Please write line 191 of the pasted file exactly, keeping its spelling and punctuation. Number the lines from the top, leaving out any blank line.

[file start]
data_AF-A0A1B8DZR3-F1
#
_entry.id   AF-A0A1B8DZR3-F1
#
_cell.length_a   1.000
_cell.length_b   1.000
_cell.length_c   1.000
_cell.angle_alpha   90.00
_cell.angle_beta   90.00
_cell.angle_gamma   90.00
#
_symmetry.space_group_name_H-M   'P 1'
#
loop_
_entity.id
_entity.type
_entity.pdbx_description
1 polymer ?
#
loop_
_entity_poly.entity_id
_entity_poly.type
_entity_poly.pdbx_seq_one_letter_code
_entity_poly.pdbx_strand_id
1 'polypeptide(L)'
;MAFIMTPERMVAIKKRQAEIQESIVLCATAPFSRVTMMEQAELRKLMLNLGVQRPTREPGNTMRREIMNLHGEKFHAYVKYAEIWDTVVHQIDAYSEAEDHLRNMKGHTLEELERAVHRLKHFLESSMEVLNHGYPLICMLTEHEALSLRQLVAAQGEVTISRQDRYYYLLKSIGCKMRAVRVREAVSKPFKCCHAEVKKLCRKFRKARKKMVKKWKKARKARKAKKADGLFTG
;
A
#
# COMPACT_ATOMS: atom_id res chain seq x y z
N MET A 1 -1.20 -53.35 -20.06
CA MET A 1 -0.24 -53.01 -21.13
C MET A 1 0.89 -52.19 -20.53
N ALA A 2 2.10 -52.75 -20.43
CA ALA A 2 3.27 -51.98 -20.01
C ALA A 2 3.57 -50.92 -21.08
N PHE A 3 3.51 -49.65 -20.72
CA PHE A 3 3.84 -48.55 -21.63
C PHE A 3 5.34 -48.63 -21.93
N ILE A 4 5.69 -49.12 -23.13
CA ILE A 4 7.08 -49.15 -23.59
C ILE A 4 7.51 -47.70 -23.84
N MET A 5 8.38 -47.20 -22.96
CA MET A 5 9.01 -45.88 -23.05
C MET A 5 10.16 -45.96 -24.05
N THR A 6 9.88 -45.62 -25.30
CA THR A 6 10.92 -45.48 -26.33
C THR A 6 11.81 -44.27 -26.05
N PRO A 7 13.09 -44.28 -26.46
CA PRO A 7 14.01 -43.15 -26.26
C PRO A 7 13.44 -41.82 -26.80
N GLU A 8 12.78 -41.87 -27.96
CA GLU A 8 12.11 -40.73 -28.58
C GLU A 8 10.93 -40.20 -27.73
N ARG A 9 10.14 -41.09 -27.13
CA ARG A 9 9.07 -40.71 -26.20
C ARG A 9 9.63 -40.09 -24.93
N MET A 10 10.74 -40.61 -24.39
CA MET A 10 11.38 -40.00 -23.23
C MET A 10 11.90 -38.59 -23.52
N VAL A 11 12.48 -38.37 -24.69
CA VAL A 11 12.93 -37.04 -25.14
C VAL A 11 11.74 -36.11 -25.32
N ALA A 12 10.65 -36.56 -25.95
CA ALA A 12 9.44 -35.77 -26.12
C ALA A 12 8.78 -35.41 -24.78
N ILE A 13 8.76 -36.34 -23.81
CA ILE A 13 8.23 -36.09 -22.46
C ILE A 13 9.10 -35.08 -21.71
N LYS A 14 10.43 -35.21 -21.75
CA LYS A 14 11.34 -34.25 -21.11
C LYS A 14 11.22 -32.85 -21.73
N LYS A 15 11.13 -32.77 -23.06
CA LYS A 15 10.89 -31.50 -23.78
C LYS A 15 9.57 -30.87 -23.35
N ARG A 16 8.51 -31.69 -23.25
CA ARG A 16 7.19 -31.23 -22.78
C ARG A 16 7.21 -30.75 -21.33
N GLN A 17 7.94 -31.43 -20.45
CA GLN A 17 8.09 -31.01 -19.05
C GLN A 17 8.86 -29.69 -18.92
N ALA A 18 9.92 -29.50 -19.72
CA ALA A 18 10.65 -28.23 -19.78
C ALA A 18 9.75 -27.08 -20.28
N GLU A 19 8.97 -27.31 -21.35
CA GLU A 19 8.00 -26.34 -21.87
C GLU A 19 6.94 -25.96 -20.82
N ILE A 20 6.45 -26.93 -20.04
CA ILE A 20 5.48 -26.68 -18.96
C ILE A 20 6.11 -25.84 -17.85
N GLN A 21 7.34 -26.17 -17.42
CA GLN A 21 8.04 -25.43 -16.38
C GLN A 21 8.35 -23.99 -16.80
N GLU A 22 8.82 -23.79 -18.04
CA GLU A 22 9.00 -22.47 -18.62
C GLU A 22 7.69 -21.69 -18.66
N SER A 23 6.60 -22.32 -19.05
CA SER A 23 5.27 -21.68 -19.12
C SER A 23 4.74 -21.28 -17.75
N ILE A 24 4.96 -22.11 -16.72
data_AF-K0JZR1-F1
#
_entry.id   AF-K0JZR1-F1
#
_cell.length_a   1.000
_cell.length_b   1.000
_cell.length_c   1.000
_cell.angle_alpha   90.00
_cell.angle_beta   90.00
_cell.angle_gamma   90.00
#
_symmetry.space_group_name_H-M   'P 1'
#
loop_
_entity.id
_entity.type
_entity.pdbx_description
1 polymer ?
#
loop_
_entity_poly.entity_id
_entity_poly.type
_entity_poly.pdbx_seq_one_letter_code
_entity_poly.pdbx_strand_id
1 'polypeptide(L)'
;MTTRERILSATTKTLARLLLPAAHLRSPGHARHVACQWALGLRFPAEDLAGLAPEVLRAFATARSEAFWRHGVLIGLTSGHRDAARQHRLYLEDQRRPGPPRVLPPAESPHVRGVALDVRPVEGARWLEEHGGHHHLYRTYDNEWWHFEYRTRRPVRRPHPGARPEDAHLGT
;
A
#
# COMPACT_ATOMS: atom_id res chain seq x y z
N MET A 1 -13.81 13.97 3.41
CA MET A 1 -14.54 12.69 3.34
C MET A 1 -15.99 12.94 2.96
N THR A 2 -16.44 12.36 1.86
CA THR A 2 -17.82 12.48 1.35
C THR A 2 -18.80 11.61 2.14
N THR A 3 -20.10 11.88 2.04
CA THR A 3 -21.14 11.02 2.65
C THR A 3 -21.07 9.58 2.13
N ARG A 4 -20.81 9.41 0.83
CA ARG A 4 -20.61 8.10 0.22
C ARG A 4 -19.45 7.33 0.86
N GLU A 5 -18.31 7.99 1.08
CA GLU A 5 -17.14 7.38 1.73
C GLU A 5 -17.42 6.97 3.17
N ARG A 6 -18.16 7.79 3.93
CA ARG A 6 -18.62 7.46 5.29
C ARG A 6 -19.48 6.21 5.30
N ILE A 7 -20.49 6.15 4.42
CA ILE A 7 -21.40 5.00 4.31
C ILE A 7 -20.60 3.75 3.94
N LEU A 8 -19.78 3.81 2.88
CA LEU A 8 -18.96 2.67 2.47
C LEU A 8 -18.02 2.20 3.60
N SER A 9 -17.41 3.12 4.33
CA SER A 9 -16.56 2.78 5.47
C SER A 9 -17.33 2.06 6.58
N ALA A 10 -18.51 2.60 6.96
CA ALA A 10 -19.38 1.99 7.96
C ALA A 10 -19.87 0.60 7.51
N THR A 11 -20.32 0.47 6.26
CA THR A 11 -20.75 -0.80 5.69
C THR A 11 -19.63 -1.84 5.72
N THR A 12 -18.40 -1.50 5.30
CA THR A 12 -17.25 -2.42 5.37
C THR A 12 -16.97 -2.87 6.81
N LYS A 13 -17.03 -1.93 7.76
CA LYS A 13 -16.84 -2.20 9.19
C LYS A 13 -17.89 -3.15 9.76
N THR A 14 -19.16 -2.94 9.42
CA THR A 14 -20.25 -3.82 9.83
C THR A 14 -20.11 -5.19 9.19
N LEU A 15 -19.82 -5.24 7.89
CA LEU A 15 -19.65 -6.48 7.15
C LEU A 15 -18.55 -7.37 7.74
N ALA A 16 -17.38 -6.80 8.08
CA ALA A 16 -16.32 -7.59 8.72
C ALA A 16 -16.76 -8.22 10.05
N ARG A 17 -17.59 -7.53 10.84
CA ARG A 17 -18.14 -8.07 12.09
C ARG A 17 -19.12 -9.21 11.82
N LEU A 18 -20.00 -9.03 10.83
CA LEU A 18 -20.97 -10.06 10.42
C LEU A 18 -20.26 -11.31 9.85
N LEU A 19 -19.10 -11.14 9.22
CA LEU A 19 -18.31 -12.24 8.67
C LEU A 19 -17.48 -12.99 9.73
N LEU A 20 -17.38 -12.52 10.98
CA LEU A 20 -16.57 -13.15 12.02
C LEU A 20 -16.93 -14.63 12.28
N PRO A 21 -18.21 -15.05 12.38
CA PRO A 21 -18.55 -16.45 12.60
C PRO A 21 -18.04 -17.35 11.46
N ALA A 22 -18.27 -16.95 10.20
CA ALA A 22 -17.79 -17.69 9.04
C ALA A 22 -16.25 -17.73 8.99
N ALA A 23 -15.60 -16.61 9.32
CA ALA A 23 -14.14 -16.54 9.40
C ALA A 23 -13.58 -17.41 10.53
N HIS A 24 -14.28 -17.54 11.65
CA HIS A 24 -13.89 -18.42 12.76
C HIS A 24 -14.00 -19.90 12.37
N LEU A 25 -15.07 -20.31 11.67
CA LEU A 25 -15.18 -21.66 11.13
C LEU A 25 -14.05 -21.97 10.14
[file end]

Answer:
N PRO A 21 -18.21 -15.05 12.38